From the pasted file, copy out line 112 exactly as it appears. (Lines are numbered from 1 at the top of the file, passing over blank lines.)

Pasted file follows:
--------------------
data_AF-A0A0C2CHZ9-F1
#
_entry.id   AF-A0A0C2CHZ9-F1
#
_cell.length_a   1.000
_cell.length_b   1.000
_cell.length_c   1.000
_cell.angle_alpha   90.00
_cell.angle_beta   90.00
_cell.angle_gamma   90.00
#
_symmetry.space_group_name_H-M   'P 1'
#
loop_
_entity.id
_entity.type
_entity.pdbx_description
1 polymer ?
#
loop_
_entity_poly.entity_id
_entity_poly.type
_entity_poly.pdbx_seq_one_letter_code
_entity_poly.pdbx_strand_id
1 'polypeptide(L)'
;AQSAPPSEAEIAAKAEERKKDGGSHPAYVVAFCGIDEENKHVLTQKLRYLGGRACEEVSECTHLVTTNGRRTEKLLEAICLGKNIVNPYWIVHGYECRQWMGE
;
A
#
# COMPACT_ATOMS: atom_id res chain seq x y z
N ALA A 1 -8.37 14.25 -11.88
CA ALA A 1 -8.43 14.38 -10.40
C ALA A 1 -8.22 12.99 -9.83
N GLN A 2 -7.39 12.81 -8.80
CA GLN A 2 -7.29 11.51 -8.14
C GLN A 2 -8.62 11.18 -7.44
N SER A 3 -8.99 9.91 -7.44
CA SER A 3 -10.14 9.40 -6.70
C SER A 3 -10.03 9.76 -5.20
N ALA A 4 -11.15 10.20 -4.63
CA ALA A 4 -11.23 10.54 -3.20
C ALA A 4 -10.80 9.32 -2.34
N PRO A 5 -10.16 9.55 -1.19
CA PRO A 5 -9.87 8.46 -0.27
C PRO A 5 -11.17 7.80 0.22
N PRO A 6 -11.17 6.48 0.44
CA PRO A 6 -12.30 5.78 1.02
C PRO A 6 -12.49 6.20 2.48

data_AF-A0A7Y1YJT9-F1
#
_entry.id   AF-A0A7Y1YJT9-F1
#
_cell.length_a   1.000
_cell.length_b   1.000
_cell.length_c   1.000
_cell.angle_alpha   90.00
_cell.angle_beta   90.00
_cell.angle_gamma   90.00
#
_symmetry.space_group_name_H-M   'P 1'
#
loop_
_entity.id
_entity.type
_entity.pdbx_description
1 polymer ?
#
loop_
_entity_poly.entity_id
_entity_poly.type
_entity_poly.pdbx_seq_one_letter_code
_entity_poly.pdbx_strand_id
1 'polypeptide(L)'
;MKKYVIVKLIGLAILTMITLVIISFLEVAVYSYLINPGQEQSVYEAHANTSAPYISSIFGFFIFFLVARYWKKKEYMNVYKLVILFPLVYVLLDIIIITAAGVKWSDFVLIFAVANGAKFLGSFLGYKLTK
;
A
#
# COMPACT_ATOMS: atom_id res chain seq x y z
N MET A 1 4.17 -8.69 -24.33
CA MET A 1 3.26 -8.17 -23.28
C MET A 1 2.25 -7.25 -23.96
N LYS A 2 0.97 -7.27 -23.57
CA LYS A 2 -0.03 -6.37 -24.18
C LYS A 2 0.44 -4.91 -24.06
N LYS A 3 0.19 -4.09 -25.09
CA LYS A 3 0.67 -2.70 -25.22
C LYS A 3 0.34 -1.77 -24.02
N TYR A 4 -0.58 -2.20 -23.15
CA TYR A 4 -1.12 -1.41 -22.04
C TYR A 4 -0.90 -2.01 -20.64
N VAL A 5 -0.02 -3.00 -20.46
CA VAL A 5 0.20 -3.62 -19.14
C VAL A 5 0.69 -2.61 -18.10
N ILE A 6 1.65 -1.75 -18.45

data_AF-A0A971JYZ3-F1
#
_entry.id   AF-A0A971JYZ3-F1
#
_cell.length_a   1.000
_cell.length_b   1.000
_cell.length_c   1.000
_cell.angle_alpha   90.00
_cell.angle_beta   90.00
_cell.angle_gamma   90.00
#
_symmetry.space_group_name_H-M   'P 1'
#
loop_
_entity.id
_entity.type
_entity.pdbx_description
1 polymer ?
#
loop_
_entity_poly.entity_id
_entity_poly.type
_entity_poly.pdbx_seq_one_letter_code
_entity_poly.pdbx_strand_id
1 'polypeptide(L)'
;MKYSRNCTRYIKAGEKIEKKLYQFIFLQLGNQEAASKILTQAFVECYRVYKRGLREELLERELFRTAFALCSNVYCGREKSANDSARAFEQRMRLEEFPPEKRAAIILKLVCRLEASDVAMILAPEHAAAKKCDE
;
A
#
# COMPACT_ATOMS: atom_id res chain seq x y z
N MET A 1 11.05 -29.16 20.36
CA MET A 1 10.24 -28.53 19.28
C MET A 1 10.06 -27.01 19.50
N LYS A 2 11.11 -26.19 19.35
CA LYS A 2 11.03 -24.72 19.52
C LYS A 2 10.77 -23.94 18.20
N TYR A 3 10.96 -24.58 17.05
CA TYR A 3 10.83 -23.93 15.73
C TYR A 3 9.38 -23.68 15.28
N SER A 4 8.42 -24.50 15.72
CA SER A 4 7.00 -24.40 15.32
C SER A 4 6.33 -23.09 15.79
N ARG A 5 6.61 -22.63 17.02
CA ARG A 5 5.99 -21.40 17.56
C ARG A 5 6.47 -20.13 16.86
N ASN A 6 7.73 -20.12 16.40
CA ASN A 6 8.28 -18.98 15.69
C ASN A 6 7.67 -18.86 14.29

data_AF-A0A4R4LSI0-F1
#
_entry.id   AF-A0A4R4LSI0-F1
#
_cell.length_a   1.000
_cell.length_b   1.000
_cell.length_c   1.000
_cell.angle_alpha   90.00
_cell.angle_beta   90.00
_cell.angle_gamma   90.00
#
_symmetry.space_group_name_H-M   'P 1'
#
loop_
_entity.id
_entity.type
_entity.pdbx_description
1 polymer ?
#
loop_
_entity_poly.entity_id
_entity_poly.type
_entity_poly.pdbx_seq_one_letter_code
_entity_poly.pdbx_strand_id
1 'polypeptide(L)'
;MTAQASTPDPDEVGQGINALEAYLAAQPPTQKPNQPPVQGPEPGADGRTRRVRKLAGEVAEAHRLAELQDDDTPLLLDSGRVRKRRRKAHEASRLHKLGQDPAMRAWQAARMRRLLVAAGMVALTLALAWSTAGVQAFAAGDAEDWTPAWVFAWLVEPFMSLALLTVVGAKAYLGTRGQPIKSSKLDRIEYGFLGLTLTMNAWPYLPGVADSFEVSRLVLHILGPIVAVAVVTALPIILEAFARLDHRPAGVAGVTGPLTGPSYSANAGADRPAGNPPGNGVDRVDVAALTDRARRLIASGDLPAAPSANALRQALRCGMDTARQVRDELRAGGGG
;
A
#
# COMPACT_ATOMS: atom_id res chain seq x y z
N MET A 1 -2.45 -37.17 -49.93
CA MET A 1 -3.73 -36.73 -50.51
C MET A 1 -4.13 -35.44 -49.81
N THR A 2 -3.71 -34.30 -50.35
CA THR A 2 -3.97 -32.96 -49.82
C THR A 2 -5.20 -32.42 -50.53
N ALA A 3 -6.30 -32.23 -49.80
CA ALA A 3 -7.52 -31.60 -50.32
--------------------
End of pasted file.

1 polymer ?